"Data glitches are unavoidable. As technology gets more complex, it's easier and easier for a small bug to creep in and ruin your perfect data. But a growing number of artists in different fields are coming to value these glitches, and have begun attempting to insert them purposefully into their work using a technique called 'databending'.
'Glitch art' is a term that there's some debate over: Many argue that it can only apply when a glitch is unintentional -- when it occurs naturally due to an error in hardware or software that leads to the corruption of whatever it is the artist was trying to create.
But there are ways of intentionally inducing some of these glitches, a process called 'databending'. Databending draws its name from the practice of circuit bending -- a practice where childrens' toys, cheap keyboards and effects pedals are deliberately short-circuited by bending the circuit board to generate spontaneous and unpredictable sounds."
(Duncan Geere, 17 August 2010, Wired UK)
Fig.1 Don Relyea, "glitched out video".
Fig.2 David Szauder, "supra glitch".
"One of the first designs of the information theory is the model of communication by Shannon and Weaver. Claude Shannon, an engineer at Bell Telephone Laboratories, worked with Warren Weaver on the classic book ‘The mathematical theory of communication’. In this work Shannon and Weaver sought to identify the quickest and most efficient way to get a message from one point to another. Their goal was to discover how communication messages could be converted into electronic signals most efficiently, and how those signals could be transmitted with a minimum of error. In studying this, Shannon and Weaver developed a mechanical and mathematical model of communication, known as the 'Shannon and Weaver model of communication'. ...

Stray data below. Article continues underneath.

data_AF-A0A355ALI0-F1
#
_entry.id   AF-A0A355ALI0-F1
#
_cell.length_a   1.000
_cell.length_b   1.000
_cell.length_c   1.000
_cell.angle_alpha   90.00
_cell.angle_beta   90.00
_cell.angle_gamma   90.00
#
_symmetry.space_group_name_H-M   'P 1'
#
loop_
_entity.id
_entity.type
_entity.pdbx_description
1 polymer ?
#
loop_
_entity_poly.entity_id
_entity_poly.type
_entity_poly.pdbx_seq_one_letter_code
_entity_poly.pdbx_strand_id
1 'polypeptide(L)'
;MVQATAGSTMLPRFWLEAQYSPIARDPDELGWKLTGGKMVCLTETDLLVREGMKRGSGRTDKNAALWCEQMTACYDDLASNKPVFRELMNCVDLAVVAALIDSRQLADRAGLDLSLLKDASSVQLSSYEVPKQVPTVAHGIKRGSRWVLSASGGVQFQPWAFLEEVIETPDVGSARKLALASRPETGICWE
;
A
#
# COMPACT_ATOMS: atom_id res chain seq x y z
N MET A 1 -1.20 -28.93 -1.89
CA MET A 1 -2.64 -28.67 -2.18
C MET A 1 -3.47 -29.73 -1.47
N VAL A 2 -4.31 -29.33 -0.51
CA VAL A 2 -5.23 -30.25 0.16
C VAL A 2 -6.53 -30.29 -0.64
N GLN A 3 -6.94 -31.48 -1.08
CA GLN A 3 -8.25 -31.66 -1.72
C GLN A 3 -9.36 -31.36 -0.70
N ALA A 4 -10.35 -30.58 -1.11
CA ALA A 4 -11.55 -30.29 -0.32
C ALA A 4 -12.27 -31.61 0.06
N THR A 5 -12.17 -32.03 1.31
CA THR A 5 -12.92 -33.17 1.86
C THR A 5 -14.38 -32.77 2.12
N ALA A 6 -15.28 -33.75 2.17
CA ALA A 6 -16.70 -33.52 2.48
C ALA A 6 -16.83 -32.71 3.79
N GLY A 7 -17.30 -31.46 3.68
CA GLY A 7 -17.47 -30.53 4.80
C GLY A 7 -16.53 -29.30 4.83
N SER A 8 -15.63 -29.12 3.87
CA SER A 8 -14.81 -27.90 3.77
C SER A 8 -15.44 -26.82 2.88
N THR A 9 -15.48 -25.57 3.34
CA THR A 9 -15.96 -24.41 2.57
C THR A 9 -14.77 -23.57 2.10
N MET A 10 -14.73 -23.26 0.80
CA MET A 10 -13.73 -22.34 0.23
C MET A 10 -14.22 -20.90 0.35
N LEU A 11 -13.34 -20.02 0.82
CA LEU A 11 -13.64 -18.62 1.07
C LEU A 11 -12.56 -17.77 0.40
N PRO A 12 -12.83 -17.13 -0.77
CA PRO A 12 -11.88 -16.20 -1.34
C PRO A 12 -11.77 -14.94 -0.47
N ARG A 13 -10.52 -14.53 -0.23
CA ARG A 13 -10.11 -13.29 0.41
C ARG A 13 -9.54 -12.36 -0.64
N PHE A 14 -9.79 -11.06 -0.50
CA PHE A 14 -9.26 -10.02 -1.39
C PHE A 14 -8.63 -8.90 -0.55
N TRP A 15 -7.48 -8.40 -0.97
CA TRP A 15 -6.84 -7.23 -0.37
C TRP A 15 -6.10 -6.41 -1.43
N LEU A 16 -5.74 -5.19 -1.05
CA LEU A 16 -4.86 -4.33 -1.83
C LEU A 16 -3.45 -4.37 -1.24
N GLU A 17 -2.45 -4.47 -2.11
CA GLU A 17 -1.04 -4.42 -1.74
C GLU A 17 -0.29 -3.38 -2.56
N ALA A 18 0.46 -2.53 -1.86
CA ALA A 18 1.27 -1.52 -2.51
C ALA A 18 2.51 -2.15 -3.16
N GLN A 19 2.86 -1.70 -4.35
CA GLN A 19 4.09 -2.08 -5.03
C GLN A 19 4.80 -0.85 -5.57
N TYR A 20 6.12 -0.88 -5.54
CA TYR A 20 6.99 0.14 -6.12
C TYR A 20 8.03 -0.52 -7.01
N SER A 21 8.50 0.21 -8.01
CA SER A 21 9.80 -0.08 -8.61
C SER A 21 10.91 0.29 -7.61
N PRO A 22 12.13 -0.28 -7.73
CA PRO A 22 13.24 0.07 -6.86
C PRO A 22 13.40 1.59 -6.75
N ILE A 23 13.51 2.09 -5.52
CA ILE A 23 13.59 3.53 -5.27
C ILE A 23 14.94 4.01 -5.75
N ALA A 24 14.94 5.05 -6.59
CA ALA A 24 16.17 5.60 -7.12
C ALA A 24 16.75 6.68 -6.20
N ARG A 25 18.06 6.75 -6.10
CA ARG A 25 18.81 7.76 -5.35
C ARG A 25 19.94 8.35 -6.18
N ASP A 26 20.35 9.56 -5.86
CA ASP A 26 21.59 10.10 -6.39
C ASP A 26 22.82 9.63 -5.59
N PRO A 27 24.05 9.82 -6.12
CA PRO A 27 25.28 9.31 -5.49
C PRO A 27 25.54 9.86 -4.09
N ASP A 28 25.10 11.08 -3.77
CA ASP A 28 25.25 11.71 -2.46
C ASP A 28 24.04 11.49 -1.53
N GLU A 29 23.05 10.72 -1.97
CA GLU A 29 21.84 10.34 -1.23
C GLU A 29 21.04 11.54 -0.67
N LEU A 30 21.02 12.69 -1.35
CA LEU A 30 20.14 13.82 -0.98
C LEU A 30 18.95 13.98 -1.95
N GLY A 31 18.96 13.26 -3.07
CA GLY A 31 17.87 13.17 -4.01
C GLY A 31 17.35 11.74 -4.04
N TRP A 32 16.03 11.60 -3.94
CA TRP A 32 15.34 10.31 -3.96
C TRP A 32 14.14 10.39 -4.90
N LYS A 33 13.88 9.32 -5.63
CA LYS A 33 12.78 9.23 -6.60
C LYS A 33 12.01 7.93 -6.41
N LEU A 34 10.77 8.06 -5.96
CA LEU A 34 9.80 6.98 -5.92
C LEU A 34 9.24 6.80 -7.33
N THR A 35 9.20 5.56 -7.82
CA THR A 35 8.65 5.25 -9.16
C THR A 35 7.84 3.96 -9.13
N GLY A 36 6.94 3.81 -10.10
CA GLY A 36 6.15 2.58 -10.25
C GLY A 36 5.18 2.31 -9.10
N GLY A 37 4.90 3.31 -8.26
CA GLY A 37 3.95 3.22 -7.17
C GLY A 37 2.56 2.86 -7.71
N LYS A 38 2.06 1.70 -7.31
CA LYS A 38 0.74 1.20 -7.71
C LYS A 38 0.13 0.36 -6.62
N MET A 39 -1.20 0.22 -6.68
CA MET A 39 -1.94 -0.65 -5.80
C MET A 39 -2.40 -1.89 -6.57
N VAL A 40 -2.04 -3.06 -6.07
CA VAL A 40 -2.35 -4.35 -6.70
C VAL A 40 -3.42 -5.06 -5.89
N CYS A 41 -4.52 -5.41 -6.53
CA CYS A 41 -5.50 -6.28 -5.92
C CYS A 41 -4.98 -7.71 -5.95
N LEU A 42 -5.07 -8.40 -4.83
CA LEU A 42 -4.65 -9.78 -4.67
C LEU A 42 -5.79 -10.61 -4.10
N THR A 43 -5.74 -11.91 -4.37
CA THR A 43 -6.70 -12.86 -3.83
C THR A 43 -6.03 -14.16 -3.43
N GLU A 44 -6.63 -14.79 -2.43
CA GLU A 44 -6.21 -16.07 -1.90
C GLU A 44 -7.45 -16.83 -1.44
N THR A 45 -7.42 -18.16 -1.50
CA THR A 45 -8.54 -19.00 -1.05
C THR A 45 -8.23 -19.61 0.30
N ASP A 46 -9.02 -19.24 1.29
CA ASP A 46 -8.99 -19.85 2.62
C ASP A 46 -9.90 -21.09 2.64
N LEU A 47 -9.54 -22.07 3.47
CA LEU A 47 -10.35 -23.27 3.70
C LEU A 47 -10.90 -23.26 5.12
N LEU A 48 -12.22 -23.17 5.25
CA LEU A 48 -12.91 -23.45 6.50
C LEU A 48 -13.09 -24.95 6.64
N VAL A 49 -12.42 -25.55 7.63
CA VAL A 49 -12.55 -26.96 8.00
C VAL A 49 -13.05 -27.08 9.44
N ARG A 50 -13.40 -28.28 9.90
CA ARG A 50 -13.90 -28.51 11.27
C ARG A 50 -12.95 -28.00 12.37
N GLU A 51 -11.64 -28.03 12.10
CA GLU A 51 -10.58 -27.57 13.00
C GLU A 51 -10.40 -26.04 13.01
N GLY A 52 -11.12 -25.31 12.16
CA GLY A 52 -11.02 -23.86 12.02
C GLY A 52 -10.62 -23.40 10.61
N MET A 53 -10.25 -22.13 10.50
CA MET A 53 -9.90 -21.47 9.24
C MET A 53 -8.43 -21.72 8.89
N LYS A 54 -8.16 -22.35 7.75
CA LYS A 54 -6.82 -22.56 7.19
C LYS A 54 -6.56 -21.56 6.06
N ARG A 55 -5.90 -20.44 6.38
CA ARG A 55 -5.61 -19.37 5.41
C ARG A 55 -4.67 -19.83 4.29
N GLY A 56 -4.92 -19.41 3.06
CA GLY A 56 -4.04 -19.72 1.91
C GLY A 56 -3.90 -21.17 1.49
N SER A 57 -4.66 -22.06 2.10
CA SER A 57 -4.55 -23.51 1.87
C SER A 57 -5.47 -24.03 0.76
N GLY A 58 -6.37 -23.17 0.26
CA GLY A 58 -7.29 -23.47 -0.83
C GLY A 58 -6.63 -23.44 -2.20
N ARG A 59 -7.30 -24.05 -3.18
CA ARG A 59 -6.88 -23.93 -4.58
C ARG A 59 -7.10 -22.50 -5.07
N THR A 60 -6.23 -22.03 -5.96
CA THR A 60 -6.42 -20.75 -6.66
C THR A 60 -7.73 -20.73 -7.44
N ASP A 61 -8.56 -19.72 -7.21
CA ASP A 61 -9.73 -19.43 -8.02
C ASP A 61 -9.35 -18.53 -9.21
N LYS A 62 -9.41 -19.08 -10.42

Shannon and Weaver broadly defined communication as 'all of the procedures by which one mind may affect another'. Their communication model consisted of an information source: the source’s message, a transmitter, a signal, and a receiver: the receiver’s message, and a destination. Eventually, the standard communication model featured the source or encoder, who encodes a message by translating an idea into a code in terms of bits. A code is a language or other set of symbols or signs that can be used to transmit a thought through one or more channels to elicit a response in a receiver or decoder. Shannon and Weaver also included the factor noise into the model. The study conducted by Shannon and Weaver was motivated by the desire to increase the efficiency and accuracy or fidelity of transmission and reception. Efficiency refers to the bits of information per second that can be sent and received. Accuracy is the extent to which signals of information can be understood. In this sense, accuracy refers more to clear reception than to the meaning of message. This engineering model asks quite different questions than do other approaches to human communication research."
(Communication Studies, University of Twente)
Shannon, C.E., & Weaver, W. (1949). The mathematical theory of communication. Urbana: University of Illinois Press.
Hawes, L.C. (1975). Pragmatics of analoguing: Theory and model construction in communication. Reading, MA: Addison-Wesley.
Fig.1 Mathematical (information) model of communication.